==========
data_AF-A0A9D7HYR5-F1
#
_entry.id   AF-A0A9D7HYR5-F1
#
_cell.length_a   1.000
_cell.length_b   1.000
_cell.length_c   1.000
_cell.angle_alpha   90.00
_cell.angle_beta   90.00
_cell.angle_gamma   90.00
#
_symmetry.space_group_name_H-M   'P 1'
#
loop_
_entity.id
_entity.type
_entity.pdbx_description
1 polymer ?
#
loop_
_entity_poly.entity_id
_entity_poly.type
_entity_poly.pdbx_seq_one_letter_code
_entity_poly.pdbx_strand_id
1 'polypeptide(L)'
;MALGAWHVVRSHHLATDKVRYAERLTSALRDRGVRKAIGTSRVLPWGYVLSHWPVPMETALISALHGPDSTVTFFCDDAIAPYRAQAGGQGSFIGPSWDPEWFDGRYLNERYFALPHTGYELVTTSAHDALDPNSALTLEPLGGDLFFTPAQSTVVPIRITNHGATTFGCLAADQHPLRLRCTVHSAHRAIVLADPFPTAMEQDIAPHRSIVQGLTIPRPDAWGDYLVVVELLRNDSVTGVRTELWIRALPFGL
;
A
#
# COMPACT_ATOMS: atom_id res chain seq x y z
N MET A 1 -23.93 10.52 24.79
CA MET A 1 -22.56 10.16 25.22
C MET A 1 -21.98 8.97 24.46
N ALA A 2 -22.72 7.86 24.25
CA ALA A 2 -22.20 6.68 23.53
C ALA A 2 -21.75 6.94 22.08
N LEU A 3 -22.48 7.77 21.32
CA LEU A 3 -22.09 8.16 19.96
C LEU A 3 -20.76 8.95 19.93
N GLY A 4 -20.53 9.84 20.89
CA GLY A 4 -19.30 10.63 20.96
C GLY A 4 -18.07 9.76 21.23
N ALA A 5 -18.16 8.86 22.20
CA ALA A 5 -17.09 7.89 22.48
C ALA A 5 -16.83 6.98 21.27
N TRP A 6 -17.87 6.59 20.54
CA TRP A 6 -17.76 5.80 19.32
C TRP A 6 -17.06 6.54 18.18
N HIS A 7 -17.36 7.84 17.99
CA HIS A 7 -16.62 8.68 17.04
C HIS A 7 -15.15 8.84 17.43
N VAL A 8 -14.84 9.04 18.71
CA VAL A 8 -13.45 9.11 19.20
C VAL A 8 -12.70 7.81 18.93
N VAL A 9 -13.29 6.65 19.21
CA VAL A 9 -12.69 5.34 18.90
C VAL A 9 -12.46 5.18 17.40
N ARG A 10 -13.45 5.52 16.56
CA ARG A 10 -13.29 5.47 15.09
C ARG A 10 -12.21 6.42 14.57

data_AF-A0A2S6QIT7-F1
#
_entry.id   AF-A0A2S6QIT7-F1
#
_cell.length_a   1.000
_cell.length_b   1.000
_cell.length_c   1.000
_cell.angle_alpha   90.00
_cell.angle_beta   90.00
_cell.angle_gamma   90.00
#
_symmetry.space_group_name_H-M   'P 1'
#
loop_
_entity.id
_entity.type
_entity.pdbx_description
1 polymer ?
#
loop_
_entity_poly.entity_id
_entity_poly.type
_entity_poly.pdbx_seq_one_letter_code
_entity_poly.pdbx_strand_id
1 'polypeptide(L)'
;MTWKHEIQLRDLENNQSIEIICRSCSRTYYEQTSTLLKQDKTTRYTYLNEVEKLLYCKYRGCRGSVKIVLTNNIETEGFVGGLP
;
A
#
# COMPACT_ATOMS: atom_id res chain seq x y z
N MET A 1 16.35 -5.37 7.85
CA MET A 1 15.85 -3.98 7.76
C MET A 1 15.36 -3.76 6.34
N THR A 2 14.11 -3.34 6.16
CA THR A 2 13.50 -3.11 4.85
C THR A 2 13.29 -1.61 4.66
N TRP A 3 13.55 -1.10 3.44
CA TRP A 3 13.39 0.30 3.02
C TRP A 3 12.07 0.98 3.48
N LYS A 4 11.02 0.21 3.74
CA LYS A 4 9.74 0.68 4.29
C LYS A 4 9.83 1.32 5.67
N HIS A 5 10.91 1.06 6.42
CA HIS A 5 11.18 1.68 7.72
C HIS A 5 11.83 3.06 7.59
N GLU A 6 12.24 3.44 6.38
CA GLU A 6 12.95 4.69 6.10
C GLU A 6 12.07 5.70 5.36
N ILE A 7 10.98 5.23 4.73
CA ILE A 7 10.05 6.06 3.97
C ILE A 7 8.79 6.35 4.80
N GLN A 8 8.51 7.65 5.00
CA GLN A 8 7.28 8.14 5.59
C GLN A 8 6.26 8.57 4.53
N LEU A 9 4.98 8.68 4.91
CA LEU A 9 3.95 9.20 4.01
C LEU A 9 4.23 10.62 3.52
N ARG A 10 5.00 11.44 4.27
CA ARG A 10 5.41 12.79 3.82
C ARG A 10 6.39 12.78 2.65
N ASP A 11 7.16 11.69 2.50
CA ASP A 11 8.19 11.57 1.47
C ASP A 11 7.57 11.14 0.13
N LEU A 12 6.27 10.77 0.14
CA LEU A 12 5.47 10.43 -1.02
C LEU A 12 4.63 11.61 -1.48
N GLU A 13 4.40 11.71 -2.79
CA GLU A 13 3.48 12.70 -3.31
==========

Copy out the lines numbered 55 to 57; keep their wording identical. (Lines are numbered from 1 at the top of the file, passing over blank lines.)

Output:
N VAL A 9 -13.29 6.65 19.21
CA VAL A 9 -12.69 5.34 18.90
C VAL A 9 -12.46 5.18 17.40